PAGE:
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Ancient Hominin Bone Proteomes: Improving our Understanding of Past Human Behavior through the Study of Ancient Bone Proteins.

Author(s): Frido Welker ; Jean-Jacques Hublin ; Matthew Collins

Year: 2017

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Summary

The analysis of ancient proteins is increasingly used to study archaeological and anthropological bone specimens from prehistoric time periods. This ranges from large-scale ZooMS screening (Zooarchaeology by Mass Spectrometry) of morphologically unidentifiable specimens to the targeted analysis of ancient bone proteomes from humans through the application of LC-MS/MS. Here, some biological and phylogenetic results that can be obtained through the analysis of ancient human bone proteomes will be discussed in the light of the Châtelperronian, "transitional", technocomplex of western Europe. This technocomplex is chronologically placed between Middle Palaeolithic (MP) and Upper Palaeolithic (UP) lithic industries and displays behavioural aspects interpreted as intermediate between what is typically seen in the MP and UP. Despite intense research interest, the biological association of the Châtelperronian to either Neanderthals and/or Anatomically Modern Humans remains much debated. The analysis of a Pleistocene hominin bone proteome associated to the Châtelperronian allowed us to establish the biological affiliation of this specimen, and this will be presented together with biological insights obtained through the analysis of the same bone proteome.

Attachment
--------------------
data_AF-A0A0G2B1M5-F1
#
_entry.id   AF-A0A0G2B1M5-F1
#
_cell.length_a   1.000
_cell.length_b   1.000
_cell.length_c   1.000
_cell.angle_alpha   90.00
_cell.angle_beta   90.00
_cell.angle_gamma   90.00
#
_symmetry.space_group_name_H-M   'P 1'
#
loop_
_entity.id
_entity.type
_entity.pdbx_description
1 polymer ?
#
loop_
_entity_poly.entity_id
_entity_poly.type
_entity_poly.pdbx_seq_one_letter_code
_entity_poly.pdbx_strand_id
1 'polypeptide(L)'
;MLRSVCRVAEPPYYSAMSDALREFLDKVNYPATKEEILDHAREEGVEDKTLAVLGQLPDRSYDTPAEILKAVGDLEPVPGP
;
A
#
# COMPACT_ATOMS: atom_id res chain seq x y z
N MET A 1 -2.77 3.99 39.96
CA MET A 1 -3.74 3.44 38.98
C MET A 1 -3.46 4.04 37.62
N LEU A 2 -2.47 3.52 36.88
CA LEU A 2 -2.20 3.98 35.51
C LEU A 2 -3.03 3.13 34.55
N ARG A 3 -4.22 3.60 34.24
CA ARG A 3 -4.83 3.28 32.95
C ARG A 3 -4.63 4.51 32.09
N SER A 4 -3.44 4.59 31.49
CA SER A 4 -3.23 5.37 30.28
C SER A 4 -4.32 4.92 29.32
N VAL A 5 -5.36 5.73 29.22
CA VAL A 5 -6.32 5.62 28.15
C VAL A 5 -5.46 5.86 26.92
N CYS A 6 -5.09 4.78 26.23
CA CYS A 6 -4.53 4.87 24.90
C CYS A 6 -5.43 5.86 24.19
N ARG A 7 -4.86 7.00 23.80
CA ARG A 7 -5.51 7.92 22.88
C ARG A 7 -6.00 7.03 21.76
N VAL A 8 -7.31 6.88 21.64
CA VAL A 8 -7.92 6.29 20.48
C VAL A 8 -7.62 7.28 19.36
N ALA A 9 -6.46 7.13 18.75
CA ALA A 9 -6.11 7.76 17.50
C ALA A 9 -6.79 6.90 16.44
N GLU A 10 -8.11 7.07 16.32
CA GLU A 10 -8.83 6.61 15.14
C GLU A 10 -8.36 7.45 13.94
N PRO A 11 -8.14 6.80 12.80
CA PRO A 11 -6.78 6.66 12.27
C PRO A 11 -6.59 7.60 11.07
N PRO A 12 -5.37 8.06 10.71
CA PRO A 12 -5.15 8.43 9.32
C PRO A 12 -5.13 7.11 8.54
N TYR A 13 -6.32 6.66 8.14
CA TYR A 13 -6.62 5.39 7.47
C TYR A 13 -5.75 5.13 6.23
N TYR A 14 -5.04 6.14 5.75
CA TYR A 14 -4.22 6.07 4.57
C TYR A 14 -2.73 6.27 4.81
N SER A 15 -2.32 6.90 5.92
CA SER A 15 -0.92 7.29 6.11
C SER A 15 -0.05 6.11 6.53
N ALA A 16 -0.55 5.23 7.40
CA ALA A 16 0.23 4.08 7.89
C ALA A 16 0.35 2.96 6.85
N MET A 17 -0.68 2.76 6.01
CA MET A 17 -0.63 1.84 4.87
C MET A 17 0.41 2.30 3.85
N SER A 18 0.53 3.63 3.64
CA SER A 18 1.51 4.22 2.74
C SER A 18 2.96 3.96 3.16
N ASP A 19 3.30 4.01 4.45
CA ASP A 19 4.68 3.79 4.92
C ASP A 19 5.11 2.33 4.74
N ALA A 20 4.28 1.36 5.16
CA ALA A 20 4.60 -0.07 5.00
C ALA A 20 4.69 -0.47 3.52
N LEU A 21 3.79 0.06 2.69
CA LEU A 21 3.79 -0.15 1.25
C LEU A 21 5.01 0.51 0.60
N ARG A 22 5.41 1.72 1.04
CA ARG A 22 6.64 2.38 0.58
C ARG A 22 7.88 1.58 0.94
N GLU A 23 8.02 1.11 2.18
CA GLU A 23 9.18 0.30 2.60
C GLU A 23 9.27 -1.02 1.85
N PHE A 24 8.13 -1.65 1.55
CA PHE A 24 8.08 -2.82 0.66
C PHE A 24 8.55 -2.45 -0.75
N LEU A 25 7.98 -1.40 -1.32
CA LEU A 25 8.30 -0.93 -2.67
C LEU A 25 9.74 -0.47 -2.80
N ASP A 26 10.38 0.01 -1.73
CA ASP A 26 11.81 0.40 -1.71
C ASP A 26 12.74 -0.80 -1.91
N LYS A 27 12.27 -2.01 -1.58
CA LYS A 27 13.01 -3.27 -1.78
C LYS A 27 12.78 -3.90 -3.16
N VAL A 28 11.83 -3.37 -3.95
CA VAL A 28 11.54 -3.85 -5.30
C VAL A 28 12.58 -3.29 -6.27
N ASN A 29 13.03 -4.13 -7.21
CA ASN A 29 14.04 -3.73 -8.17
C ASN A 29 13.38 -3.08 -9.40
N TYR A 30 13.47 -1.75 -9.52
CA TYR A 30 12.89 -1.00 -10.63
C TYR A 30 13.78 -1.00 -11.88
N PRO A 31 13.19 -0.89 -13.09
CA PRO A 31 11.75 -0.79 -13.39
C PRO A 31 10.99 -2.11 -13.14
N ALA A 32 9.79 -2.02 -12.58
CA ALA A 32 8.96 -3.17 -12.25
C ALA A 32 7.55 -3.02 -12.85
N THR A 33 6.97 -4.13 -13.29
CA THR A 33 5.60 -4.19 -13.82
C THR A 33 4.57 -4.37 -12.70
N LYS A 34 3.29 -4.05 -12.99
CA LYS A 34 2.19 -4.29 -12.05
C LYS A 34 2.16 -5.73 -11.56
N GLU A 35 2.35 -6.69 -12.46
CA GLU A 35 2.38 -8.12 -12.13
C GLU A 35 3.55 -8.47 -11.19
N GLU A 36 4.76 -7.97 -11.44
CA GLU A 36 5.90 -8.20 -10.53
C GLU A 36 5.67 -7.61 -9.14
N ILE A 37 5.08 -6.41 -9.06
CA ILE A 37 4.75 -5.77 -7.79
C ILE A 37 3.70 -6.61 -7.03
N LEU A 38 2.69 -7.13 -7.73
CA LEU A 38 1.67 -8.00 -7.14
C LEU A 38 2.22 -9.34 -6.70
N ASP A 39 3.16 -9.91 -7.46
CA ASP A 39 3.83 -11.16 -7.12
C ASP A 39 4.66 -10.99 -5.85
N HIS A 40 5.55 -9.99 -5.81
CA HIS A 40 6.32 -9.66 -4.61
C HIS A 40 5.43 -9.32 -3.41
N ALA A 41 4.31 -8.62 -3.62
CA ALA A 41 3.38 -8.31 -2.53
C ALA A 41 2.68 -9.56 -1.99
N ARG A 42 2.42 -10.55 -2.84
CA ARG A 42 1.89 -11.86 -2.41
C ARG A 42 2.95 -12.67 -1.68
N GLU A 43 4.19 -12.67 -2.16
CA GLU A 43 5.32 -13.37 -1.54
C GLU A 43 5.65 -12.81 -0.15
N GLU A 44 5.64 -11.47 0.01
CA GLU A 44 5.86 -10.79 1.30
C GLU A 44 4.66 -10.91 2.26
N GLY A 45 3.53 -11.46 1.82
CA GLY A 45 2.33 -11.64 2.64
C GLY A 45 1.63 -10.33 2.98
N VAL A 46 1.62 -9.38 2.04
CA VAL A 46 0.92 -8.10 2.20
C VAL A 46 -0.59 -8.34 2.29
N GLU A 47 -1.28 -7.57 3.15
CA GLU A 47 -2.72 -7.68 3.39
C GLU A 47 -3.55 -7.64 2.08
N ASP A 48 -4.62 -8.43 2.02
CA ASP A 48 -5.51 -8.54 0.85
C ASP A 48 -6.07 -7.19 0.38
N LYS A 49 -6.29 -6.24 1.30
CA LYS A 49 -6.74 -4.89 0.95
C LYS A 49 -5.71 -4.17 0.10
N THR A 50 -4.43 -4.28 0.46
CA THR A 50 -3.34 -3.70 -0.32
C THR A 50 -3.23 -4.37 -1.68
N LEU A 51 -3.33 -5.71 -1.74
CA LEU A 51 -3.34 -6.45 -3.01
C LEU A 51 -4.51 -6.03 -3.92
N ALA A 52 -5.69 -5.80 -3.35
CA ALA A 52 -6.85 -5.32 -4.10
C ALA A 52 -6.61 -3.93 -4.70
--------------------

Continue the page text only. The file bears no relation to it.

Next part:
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Ancient Hominin Bone Proteomes: Improving our Understanding of Past Human Behavior through the Study of Ancient Bone Proteins.. Frido Welker, Jean-Jacques Hublin, Matthew Collins. Presented at The 81st Annual Meeting of the Society for American Archaeology, Vancouver, British Columbia. 2017 ( tDAR id: 431365)


Keywords

Geographic Keywords
Europe


Spatial Coverage

min long: -11.074; min lat: 37.44 ; max long: 50.098; max lat: 70.845 ;

Record Identifiers

Abstract Id(s): 15944

Arizona State University The Andrew W. Mellon Foundation National Science Foundation National Endowment for the Humanities Society for American Archaeology Archaeological Institute of America